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|PRODUCT DATA of 02: Copper and its Alloys|
|Material||02: Copper and its Alloys|
|General Information||Copper and copper-based alloys are established materials in electrical, electronic and also in more general engineering applications (e.g. bearing assemblies). Not all are acceptable for space, so discussion is limited to those alloys which were evaluated and to specific comments relating to their use in space|
|Use in Spacecraft||The main applications for copper are in electrical and electronic subsystems (wiring, terminals in soldered assemblies) and plating (e.g. electronics, thermal control and corrosion protection). Copper is also used as a metallizing coating and as an additive in other materials.|
|Main Categories||Copper materials are generally grouped as follows:
-Commercially pure grades, of which there are many different "named" varieties that indicate the manufacturing method and the level of control of impurities, including oxygen.
-Alloys in which the alloying additions affect the metallurgical microstructure and consequently their characteristics (mechanical, electrical and thermal properties, environmental resistance). The main alloying addition generally provides the named classifications:
-brass: copper - zinc alloys, often containing other alloying elements, such as lead which acts as a "lubricant" for machining operations - so-called "free-machining";
-bronze: copper - tin alloys, often containing other alloying elements.
Electronic assemblies use wires made of high-purity copper or copper alloy and terminals of copper alloy. Beryllium-copper (also known as copper-beryllium) is a copper alloy with small additions of Be. Alloys form two groups: one with less than 1 %Be content and the other with approximately 2 % Be. Cobalt and nickel additions (present for heat treatment purposes) tend to vary inversely with Be content. These alloys, depending on their condition , offer combined mechanical performance and electrical conductivity for electrical and electronic applications (e.g. spring contacts); for low temperature applications; for high-strength corrosion resistant components and in safety applications in hazardous environments (no sparks produced when impacted).
Copper is also used as a matrix phase in some reinforced metals.
|Processing and Assembly||In electronic assembly operations, copper wires are soldered to terminals (either manually or automatically).The correct selection and use of process materials (e.g. approved solders and fluxes for space hardware and solvents) is a controlling factor in making reliable soldered connections. Beryllium-copper alloys are heat treated to optimize mechanical performance. Fabrication processes (e.g. forming, machining and joining) are generally performed in a softened condition and the material subsequently solution treated and aged.|
|Precautions||Heating brass in an oxidizing atmosphere or under corrosive conditions can cause dezincification of the alloy (loss of zinc from the exposed surface layer). This alters the surface properties and reduces fatigue and bending resistance.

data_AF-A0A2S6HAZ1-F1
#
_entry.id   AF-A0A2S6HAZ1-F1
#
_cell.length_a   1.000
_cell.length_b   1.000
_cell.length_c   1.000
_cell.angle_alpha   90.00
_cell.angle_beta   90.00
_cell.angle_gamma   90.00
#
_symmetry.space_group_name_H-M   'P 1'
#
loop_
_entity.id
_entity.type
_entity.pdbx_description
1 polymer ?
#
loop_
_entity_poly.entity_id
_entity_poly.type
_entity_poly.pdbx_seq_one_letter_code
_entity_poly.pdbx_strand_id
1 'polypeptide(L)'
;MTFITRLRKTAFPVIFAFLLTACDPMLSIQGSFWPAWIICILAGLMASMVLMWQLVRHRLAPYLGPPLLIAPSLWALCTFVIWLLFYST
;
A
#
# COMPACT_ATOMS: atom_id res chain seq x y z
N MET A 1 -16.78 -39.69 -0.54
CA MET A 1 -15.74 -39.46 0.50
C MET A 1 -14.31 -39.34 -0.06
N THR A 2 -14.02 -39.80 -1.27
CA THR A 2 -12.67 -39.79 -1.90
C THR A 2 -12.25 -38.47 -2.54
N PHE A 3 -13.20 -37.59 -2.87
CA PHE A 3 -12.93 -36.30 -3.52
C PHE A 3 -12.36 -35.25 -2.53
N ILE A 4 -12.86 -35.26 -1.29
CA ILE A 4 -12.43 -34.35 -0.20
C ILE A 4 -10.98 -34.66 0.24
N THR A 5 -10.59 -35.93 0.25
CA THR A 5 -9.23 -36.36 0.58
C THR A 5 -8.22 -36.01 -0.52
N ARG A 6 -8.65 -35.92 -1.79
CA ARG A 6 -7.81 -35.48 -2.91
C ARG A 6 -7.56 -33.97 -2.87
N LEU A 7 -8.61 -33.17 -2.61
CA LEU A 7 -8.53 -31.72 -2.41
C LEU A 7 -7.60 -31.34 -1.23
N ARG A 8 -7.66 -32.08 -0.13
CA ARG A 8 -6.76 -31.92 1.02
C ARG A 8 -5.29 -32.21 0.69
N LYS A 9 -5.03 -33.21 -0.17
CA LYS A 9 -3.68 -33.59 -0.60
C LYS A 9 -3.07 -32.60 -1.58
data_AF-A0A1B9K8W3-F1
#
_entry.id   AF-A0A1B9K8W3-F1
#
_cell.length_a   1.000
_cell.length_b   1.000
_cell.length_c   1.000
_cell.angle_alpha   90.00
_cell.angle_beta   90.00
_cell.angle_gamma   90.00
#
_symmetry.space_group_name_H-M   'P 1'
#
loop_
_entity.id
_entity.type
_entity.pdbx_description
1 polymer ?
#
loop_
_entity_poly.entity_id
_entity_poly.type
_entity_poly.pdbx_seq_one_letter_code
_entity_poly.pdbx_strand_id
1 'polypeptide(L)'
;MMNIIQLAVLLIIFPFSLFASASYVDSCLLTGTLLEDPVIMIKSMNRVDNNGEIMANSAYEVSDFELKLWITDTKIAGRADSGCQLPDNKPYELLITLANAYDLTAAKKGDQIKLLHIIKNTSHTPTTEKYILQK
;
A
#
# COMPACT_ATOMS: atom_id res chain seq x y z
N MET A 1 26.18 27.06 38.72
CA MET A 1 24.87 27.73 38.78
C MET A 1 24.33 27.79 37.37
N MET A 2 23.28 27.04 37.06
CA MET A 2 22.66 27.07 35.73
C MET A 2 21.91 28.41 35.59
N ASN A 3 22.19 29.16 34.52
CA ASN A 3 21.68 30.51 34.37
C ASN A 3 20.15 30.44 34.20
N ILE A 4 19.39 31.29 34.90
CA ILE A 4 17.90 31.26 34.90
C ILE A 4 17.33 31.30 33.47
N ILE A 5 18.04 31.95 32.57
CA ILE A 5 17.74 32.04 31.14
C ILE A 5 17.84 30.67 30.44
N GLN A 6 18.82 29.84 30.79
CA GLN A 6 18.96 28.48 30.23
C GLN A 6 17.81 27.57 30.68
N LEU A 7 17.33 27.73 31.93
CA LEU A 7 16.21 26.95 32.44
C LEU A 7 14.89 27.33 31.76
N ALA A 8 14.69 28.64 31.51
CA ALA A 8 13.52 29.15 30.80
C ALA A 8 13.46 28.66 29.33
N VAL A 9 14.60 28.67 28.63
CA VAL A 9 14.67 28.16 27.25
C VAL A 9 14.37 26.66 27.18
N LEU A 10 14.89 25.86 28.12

Cold worked brass alloys are sensitive to stress corrosion cracking. Annealing heat treatments are used to remove the cold work, but care shall be taken to avoid any dezincification.
Natural atmospheres containing the pollutants sulphur dioxide, oxides of nitrogen and ammonia are reported to cause stress corrosion cracking of some copper alloys. Chlorides present in marine atmospheres can cause stress corrosion problems, but to a lesser extent than the above pollutants, indicating that industrial areas are probablymore aggressive to copper-based alloys than marine sites.
Many copper alloys containing over 20 % zinc are susceptible to SCC even in the presence of alloying additions that normally impart resistance to stress corrosion. In electronic assemblies, terminals fabricated from bronze should be used. Brass terminals need a barrier layer (plating), to prevent diffusion and surface oxidation of zinc, prior to applying a tin-lead coating. Some constituents of potting compounds and sealants (catalysts) are corrosive to copper, and other metals.
|Hazardous and Precluded||The toxicity of copper-beryllium alloys (less than 4 % Be) is not known. Copper shall not be used on the external surfaces of spacecraft in LEO. Copper shows discoloration under atomic oxygen attack. Brass (Cu-Zn alloys) used in electronic connections shall be plated with a barrier layer to prevent zinc diffusion to the surface|
|Effects of Space environment||Vacuum presents no special problem for copper-based materials, although copper-zinc alloys are generally plated. All metals in contact under vacuum conditions or in inert gas have a tendency to cold weld. This phenomenon is enhanced by mechanical rubbing or any other process which removes or disrupts surface oxide layers.
Radiation at the level existing in space does not modify the properties of copper alloys. Temperature problems are similar to those encountered in technologies other than space, but are complicated by the difficulty of achieving good thermal contact in vacuum and the absence of any convective cooling.
Atomic oxygen in low Earth orbit attacks copper.